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Chinese millionaire's flashy stunt to feed NYC homeless ends in chaos

An unusual event sponsored by an uber-wealthy Chinese tycoon to feed New York City’s homeless and gift them hundreds of dollars took place as promised on Wednesday, though not without a fair amount of chaos.

Last week, several full-page newspaper ads put out by flamboyant Chinese millionaire Chen Guangbiao in The New York Times and The Wall Street Journal advertised an event for the homeless in Central Park, promising a gourmet meal for hundreds and $300 in cash for each person.

On Wednesday, several news outlets found a throng of homeless people waiting patiently for the luncheon to begin. Some had camped out in Central Park overnight. Ultimately, 250 homeless New Yorkers were granted entrance to the upscale Loeb Boathouse restaurant, and served sesame-seed encrusted tuna, beef filet and berries with crème fraiche.

The meals were served by some three dozen volunteer waiters, sporting green uniforms inspired by those of China's People's Liberation Army. At one point, Chen took the stage to sing a rendition of "We Are the World" to the crowd.

Not to be outdone by the pro-Communist Party sentiment throughout the event, a group of protesters gathered outside the restaurant, chanting "Chinese Communist Party is evil! Chinese Communist Party is terrible!"

An apparent lack of communication marred the event, however, with some 100 of the city’s homeless left shut out. Duwell, one of those who found himself out in the cold, called the event "the worst fraud [he] has ever seen perpetrated against the homeless community," reported Vice News.

"I am handicapped, and I have been waiting here for 10 and a half hours. I have been chased by the police and treated with disrespect after we were promised a gourmet meal and $300. This is a publicity stunt."

Chinese millionaire Chen Guangbiao performs magic tricks during a lunch he sponsored for hundreds of needy New Yorkers at Loeb Boathouse in New York's Central Park June 25, 2014. (Reutrets/Lucas Jackson)

From there, things did not become any clearer for those in attendance. Though Chen had said that cash would be handed out to attendees, a press release distributed by the Rescue Mission shelter – which organized the event – said that was never the intention.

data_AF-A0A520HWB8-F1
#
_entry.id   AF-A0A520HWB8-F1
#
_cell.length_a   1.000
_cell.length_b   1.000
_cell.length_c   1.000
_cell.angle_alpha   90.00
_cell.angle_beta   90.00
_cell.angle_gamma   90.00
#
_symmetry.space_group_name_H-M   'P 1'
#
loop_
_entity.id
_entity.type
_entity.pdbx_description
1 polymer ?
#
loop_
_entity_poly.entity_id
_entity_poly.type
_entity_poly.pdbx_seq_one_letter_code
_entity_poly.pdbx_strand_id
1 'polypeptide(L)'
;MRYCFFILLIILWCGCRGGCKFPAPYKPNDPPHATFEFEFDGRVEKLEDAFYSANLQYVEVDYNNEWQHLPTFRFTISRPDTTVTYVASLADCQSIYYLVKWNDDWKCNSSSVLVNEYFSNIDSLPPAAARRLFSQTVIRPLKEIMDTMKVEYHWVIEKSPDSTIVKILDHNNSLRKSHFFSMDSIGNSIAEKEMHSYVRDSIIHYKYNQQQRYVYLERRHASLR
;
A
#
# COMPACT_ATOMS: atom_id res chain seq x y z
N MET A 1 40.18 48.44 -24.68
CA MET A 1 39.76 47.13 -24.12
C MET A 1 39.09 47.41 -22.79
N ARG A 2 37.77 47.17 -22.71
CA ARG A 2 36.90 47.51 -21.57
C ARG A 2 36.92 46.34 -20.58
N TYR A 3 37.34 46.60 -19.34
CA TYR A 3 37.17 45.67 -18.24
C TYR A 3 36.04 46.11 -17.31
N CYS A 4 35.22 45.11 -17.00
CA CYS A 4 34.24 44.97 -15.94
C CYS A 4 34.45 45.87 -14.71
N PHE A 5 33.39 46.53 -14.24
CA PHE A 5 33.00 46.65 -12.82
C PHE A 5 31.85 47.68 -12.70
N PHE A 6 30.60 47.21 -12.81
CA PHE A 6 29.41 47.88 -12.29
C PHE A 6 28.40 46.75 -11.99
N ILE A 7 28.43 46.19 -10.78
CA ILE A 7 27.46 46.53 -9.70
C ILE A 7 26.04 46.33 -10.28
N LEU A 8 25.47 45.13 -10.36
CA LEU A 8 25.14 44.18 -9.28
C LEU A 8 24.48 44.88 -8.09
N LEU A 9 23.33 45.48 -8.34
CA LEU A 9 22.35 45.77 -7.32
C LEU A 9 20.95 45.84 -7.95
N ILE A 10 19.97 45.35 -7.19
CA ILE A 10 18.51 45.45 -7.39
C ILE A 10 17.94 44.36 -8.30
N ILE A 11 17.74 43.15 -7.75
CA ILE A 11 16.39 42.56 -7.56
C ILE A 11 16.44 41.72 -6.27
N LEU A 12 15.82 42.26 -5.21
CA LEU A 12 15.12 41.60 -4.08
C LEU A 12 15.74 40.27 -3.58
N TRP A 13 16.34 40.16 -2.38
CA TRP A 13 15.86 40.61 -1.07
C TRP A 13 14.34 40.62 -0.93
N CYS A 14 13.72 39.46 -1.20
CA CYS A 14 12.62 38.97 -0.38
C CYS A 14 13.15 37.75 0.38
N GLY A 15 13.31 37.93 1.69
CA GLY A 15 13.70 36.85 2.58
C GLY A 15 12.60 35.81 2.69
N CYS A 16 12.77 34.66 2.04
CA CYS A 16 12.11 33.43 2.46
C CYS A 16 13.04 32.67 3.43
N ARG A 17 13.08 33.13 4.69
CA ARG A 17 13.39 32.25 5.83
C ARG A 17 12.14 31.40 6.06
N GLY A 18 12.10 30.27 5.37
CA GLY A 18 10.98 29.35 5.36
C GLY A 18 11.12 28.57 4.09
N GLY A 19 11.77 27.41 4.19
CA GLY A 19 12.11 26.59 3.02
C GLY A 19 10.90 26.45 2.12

“Mr. Chen agreed instead to give $90,000 to the mission,” read the release. “We regret there was miscommunication, likely due to translation which created expectation for our guests that they would receive cash.”

But soon after a spokeswoman made that announcement, Chen himself got on stage and said he would indeed give everyone $300 if they came to the Rescue Mission to collect it. The 250 homeless people were then loaded onto buses headed for the Mission's headquarters. But Chen never showed up, prompting the group to suspect they had been duped.

Likely hoping to rout more dissatisfaction with Chen, Craig Mayes, the executive director of the Rescue Mission, spoke to the crowd that had assembled back at the center.

“This had the potential to be a great event today and I think it was, up until a few minutes ago. I do believe there was something lost in translation," Mayes said. "We had a contract with Mr. Chen about the gift to the Mission, which really does help serve the people.”

“Our position as a mission historically is to not give cash to the homeless because of the risks it would be spent in ways that are harmful.”

A waiter serves dessert to a table of men listening to Chinese millionaire Chen Guangbiao during a lunch he sponsored for hundreds of needy New Yorkers at Loeb Boathouse in New York's Central Park June 25, 2014. (Reuters/Lucas Jackson)

Mayes comments did not appease everyone, however, as he was drowned out by shouts of “f**k you” from the group, reported Vice.

“We have been duped to come along here under false pretenses and now we are just part of a propaganda trick for the rich,” Harry Brooks, a Vietnam veteran who attempted to reach the stage during the luncheon to voice his complaints, told The Telegraph.

“We don’t need their steak, we need the money so that we can pay for food and clear debts. Now we’re never going to see it. This is a disgrace.”

Unlike Brooks, however, some of the homeless people at the luncheon unaccustomed to gourmet meals found it lacking.

“I took my insulin this morning, thinking it would be a real dinner, but there was nothing there,” one man told Vice. “It was a tiny piece of meat, but that was it. They didn’t feed me enough for my insulin, so I had to buy this food here before I get too low on sugar. Otherwise I would have gone into a coma, so that’s why I bought these sweets.”